Future of UH: public or private
With a cut in state funds, UH will operate more like a private institution instead of a public university.
“The reality is that if we are funded at 80 percent or more from non-state funds, we will look and operate more like a private university, while maintaining our commitment to educational opportunity,” said Provost John Antel.
Every Thursday, The Daily Cougar will take an in-depth look at how proposed cuts to the state’s higher education allocation will affect the University and its future.
Feb. 17: Tier One initiative
Feb. 24: Staff terminations
March 3: Athletics programs
March 10: The role of community colleges
March 24: Public vs. private debate
March 31: Financial aid
Track this series and find expanded resources on thedailycougar.com/budgetcuts2011
Private universities depend less on government money and more on student tuition and donations to cover operating costs (e.g. staff salaries, supplies and building upkeep).
With an estimated $27 billion deficit in the Texas state budget, the state will be paying for less of UH’s operating costs as of the new state biennium.
According to a presentation given by Antel at a December Faculty Senate meeting, state support for UH’s operating costs have dropped by 12 percent in the past ten years while student support has risen by the same amount to compensate for the loss.
“State support to the University of Houston has fallen by 44 percent since 1981,” said Antel in an email interview.
“Twenty years ago the state accounted for 48 percent of our operating budget; in the 2011 fiscal year, it accounted for 26 percent of our operating budget. This is why you’ve seen students having to shoulder a higher percentage of the cost of their own education.”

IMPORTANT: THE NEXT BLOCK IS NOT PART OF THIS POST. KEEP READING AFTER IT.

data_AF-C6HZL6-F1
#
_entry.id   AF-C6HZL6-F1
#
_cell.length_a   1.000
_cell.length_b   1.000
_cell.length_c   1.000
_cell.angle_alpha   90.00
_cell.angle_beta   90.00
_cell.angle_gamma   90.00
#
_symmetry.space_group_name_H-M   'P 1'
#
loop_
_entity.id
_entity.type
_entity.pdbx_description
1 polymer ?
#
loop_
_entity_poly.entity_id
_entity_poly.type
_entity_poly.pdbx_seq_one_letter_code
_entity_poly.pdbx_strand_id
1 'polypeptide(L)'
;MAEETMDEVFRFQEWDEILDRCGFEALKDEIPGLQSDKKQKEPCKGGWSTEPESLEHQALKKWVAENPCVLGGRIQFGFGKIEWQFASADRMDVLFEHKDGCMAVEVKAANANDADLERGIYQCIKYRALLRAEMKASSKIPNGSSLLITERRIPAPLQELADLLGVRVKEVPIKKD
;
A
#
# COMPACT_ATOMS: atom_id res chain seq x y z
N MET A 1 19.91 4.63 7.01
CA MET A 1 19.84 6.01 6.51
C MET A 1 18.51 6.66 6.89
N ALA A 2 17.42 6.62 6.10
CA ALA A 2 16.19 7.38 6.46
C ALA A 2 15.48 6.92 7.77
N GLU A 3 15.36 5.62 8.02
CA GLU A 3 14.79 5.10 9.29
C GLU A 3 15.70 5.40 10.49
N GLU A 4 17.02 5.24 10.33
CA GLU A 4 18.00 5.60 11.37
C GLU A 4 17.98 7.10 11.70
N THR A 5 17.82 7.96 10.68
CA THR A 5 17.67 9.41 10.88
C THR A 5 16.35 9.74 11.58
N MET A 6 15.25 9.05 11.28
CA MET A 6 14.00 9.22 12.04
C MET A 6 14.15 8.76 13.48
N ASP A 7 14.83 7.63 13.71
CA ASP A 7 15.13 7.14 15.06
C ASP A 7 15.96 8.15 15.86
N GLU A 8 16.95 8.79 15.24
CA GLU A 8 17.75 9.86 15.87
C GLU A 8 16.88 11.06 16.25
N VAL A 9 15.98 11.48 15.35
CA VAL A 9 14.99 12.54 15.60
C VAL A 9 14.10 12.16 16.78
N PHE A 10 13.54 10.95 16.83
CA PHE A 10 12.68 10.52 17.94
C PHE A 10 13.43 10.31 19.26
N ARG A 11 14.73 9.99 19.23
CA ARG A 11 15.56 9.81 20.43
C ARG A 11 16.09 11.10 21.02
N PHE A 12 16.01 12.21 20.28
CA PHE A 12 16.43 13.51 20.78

Since the Texas Legislature is still in session and state representatives and senators have yet to approve proposed budget cuts, no definite action has been taken regarding a rise in tuition.
The budget cuts could affect tuition, outgoing Student Government Association President Prince Wilson said.
“However, I have been discussing tuition and fees for a couple of weeks with the administration. I can assure students they are not going to go up drastically; its not going to go up compared to what we use to do,” Wilson said.
“We have worked with administration to cap it at 5 percent, and it’s not going to go more than that.”
In the December meeting, Antel said the UH community had to start the conversation on changes to how the University would operate and function.
UH has been exploring other options for financing and how to continue providing access to the public.
“The reality is that we must continue to find and cultivate other means of funding, as private institutions have done all along, to maintain our commitment to educational opportunity,” Antel said.
“This includes growing our philanthropy, research and financial aid dollars and continuing to do it to a greater degree.”
This is not new, nor is it unique to UH or Texas, Antel said.
According to a report by The Delta Project, a nonprofit organization that aims to improve college affordability, tuition at state institutions covered 50 percent of costs in 2008 compared to only 38 percent in 1998.
“Institutions of higher education and students nationwide have been dealing with similar circumstances for many years,” Antel said.
Regardless of the operation and the levels of funding, UH will “remain a public university in every way,” Antel said.
“The only thing that changes between budgets is our funding formula,” he said. “UH is no different than any public university or state agency in that regard.”
Wilson echoes Antel in stating that UH will remain public.
“We will always be public, but our funding will come from private sources — we will be supported by students; we will be supported more by endowments; we will be supported by grants and donations and things like that,” Wilson said.
“If you look, we already have a lot of private donations that keep us going.”